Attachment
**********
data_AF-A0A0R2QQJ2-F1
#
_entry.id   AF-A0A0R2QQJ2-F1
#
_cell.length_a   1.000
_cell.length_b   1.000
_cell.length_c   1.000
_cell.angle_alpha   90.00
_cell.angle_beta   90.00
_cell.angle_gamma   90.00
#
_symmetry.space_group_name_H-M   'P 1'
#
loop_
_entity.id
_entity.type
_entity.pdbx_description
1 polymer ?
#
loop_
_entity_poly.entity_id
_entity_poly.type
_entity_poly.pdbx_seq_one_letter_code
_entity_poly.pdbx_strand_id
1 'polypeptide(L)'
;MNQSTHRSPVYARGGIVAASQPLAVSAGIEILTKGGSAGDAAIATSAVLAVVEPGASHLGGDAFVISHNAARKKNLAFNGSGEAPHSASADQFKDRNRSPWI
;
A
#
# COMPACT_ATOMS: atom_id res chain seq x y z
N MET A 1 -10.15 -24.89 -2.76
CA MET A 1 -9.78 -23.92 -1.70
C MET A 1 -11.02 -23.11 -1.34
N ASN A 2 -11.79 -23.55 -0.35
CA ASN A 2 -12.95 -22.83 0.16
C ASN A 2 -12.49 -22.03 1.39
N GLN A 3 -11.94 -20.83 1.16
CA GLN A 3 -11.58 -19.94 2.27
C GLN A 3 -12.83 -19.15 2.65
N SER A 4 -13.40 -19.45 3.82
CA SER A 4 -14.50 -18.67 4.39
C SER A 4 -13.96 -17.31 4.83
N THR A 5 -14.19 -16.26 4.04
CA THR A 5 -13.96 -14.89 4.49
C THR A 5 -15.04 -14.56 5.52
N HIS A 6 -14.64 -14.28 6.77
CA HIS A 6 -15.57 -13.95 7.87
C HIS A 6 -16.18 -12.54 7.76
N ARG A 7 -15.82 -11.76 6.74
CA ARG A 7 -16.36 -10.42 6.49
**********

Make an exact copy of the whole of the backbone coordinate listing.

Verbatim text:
data_AF-A0A0R2QQJ2-F1
#
_entry.id   AF-A0A0R2QQJ2-F1
#
_cell.length_a   1.000
_cell.length_b   1.000
_cell.length_c   1.000
_cell.angle_alpha   90.00
_cell.angle_beta   90.00
_cell.angle_gamma   90.00
#
_symmetry.space_group_name_H-M   'P 1'
#
loop_
_entity.id
_entity.type
_entity.pdbx_description
1 polymer ?
#
loop_
_entity_poly.entity_id
_entity_poly.type
_entity_poly.pdbx_seq_one_letter_code
_entity_poly.pdbx_strand_id
1 'polypeptide(L)'
;MNQSTHRSPVYARGGIVAASQPLAVSAGIEILTKGGSAGDAAIATSAVLAVVEPGASHLGGDAFVISHNAARKKNLAFNGSGEAPHSASADQFKDRNRSPWI
;
A
#
# COMPACT_ATOMS: atom_id res chain seq x y z
N MET A 1 -10.15 -24.89 -2.76
CA MET A 1 -9.78 -23.92 -1.70
C MET A 1 -11.02 -23.11 -1.34
N ASN A 2 -11.79 -23.55 -0.35
CA ASN A 2 -12.95 -22.83 0.16
C ASN A 2 -12.49 -22.03 1.39
N GLN A 3 -11.94 -20.83 1.16
CA GLN A 3 -11.58 -19.94 2.27
C GLN A 3 -12.83 -19.15 2.65
N SER A 4 -13.40 -19.45 3.82
CA SER A 4 -14.50 -18.67 4.39
C SER A 4 -13.96 -17.31 4.83
N THR A 5 -14.19 -16.26 4.04
CA THR A 5 -13.96 -14.89 4.49
C THR A 5 -15.04 -14.56 5.52
N HIS A 6 -14.64 -14.28 6.77
CA HIS A 6 -15.57 -13.95 7.87
C HIS A 6 -16.18 -12.54 7.76
N ARG A 7 -15.82 -11.76 6.74
CA ARG A 7 -16.36 -10.42 6.49